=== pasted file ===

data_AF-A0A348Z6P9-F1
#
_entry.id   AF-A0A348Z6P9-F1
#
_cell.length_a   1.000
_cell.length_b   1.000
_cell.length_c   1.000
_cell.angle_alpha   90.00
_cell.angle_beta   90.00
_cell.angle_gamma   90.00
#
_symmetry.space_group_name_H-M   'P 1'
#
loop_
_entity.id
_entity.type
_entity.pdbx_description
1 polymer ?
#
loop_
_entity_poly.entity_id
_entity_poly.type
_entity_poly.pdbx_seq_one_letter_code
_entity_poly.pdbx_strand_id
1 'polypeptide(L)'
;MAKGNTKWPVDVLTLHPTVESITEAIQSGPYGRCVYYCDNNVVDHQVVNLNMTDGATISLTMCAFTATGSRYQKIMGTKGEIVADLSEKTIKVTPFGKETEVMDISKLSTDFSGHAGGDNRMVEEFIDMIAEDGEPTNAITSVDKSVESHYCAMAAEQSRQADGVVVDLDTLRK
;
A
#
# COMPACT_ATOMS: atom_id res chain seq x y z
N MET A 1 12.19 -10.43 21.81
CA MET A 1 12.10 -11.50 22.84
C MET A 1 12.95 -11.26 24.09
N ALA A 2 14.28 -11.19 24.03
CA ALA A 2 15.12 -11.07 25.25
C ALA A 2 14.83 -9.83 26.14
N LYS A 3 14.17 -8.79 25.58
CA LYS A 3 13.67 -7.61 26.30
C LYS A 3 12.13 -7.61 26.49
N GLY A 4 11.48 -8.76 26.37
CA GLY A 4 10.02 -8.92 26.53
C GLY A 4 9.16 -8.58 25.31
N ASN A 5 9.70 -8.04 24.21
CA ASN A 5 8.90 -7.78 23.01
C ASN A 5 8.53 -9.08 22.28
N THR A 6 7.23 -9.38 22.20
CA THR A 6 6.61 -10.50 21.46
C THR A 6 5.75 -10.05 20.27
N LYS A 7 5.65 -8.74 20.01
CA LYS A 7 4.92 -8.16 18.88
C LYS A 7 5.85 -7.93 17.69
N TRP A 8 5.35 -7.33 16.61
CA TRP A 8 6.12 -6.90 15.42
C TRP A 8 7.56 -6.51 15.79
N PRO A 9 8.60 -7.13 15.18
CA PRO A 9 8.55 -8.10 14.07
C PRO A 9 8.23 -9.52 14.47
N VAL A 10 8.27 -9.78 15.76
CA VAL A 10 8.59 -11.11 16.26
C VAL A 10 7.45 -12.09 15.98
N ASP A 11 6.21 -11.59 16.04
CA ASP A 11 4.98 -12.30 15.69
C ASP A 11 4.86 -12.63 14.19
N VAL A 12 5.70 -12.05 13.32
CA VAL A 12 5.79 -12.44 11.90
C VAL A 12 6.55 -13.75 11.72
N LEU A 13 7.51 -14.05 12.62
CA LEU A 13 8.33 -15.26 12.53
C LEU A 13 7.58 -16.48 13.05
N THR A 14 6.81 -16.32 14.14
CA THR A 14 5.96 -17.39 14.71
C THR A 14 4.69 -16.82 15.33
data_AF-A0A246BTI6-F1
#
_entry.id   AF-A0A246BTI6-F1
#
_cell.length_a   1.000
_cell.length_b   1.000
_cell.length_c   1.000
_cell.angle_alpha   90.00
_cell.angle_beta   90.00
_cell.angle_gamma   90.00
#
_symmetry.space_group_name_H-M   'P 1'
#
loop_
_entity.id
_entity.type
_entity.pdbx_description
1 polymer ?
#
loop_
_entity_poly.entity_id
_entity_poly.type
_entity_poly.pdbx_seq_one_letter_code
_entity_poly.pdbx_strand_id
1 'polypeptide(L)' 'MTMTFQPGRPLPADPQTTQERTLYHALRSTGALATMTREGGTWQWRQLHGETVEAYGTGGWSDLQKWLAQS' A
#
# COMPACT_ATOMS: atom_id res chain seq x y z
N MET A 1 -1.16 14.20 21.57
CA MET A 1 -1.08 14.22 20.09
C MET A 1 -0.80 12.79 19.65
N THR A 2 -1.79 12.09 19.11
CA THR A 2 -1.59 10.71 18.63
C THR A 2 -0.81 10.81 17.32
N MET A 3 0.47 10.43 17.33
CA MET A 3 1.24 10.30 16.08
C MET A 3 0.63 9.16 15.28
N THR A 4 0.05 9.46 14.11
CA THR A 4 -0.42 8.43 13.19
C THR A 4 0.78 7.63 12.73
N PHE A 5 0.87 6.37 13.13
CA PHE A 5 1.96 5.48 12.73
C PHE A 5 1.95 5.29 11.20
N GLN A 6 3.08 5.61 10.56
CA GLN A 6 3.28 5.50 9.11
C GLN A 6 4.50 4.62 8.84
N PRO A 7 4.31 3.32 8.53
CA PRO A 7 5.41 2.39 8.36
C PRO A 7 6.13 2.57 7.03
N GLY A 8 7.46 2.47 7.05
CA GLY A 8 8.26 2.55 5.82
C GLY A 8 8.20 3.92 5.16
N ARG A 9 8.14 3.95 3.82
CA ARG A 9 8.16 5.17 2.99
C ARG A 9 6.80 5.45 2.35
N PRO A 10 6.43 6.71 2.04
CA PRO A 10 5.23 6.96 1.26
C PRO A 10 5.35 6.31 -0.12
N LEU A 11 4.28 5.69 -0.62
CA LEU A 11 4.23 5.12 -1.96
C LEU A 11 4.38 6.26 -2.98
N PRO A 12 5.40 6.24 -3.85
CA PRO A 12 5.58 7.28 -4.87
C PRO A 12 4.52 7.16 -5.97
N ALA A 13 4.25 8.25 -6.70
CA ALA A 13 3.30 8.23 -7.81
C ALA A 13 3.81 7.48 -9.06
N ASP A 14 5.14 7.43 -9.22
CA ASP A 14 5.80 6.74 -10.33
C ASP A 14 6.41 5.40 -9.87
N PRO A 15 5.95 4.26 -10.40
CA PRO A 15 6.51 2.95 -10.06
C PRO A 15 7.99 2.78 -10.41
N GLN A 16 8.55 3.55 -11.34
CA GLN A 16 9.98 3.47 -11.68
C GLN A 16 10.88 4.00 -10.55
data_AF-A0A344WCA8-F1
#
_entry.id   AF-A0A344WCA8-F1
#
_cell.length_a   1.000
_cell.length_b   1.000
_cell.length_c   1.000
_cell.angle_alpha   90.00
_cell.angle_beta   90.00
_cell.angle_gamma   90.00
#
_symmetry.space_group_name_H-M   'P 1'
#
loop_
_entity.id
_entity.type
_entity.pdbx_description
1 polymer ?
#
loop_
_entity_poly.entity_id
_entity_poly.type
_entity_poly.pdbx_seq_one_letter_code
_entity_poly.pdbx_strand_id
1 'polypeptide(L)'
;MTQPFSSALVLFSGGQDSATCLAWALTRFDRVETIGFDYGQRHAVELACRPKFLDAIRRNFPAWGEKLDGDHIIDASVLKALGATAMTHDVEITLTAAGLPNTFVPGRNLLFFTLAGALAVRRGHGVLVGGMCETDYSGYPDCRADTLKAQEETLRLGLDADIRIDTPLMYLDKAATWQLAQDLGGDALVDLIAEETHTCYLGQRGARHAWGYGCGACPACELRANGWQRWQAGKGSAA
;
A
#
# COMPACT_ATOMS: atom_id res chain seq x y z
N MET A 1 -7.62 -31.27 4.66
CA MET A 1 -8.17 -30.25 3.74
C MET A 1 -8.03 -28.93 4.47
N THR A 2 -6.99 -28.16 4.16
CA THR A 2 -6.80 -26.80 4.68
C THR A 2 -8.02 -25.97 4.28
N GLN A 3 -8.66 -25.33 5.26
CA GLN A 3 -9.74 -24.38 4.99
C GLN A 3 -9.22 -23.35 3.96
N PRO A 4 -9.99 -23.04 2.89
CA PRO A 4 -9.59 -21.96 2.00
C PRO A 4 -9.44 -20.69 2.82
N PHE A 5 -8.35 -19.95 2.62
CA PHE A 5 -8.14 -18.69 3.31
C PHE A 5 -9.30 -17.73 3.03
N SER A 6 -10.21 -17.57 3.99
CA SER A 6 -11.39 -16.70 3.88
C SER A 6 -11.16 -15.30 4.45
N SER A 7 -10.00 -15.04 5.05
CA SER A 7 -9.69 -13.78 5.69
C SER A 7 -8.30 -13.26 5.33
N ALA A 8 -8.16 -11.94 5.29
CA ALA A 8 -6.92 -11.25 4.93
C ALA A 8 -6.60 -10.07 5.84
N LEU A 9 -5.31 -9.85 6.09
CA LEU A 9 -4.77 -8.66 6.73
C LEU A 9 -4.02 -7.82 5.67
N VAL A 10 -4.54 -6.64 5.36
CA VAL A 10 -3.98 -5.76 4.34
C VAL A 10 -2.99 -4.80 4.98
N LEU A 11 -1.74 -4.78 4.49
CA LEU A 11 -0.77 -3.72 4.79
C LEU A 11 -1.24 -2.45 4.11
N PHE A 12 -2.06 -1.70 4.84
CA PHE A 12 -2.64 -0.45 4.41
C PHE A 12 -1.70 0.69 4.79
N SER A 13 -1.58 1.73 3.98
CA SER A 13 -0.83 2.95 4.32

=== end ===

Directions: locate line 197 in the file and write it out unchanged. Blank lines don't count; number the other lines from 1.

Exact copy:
CA SER A 7 -9.69 -13.78 5.69